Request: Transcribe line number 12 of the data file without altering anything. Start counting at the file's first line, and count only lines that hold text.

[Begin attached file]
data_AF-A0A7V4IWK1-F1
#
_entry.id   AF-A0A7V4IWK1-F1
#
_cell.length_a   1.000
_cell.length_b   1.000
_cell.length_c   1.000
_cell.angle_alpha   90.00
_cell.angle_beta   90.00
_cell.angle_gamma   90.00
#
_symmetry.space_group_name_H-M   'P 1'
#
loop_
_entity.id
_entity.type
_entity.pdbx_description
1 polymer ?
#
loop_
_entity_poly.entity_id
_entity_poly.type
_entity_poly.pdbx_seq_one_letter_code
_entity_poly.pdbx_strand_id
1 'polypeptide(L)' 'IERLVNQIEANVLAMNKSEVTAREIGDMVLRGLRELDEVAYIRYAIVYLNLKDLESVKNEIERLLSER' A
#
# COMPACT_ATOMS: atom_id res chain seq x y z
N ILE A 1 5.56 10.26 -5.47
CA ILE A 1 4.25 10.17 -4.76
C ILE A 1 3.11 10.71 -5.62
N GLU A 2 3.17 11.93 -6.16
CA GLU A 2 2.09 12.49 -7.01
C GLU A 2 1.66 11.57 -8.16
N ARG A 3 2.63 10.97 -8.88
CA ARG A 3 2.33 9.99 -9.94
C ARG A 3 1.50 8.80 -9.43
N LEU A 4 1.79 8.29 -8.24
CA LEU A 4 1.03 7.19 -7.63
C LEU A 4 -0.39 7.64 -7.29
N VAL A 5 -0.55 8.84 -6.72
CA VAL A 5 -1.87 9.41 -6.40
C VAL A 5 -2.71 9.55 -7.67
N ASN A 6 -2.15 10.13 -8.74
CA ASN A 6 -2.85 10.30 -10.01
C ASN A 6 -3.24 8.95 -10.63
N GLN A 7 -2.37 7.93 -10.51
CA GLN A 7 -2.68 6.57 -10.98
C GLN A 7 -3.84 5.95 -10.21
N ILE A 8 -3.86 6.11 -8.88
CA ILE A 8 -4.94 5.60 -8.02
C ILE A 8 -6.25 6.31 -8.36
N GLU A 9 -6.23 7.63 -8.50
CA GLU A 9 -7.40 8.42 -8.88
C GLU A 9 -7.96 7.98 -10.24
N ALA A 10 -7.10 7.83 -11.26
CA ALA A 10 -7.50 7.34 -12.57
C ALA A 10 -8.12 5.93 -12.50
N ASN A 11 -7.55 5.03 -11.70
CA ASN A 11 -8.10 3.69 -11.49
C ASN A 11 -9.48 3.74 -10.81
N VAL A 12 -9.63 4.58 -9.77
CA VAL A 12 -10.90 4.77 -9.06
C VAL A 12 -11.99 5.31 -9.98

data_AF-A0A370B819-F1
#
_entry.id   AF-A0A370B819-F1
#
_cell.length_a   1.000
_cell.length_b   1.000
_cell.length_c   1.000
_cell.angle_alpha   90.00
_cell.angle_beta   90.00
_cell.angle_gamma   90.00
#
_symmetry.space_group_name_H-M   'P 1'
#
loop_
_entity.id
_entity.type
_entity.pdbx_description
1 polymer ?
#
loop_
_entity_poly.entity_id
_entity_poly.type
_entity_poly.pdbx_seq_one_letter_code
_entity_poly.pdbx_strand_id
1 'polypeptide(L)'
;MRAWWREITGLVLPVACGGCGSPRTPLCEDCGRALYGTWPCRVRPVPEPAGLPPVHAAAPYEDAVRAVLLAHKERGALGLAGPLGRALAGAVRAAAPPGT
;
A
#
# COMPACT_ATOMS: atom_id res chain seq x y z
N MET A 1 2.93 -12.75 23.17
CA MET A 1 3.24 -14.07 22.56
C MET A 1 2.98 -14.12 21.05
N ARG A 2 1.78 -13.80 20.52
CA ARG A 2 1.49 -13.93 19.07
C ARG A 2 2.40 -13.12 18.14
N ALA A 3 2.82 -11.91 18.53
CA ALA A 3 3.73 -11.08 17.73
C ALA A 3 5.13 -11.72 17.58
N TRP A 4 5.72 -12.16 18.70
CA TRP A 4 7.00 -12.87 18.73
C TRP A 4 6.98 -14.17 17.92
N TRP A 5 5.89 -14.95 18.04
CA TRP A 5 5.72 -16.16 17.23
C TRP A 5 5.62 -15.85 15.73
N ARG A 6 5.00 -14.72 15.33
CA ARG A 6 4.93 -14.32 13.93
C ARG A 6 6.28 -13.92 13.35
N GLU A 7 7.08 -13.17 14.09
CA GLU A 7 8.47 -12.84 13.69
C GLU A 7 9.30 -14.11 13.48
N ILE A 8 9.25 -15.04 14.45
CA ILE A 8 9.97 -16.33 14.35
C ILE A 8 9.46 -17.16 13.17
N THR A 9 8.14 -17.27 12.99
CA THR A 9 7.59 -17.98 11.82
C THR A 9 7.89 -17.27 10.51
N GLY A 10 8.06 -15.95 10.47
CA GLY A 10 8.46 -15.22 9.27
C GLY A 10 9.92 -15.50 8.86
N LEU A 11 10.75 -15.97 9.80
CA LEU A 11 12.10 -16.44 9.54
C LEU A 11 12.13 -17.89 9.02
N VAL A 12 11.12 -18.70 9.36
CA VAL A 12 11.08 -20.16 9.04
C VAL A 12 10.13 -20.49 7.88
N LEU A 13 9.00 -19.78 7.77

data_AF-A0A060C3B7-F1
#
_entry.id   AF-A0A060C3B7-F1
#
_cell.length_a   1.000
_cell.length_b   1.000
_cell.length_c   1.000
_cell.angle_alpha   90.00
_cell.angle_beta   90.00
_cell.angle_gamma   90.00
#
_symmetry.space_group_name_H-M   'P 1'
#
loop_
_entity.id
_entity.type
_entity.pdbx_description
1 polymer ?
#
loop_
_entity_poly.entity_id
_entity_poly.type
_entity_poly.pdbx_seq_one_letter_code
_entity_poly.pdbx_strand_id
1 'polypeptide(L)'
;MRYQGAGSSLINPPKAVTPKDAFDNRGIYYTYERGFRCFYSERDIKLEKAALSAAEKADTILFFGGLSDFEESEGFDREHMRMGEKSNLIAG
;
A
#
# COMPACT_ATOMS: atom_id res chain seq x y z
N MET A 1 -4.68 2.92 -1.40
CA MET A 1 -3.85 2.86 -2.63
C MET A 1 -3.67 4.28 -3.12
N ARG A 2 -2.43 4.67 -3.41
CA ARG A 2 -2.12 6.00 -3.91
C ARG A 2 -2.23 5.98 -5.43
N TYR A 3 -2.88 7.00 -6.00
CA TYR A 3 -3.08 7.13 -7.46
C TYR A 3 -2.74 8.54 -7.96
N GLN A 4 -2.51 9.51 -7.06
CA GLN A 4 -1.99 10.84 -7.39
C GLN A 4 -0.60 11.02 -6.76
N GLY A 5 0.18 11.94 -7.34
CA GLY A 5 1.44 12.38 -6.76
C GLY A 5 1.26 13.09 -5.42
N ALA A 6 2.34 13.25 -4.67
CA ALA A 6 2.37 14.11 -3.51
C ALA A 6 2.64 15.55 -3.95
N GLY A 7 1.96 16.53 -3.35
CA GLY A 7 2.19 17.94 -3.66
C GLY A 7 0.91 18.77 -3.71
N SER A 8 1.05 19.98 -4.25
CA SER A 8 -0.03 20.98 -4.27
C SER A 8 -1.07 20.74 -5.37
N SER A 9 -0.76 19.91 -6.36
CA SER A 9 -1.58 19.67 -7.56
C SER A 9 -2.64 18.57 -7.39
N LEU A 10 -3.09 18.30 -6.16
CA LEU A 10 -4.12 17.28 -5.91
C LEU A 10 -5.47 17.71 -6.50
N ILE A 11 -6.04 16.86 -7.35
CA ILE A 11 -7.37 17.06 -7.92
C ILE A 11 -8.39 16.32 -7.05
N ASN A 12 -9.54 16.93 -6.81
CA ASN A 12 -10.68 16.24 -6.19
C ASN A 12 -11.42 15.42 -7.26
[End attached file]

_symmetry.space_group_name_H-M   'P 1'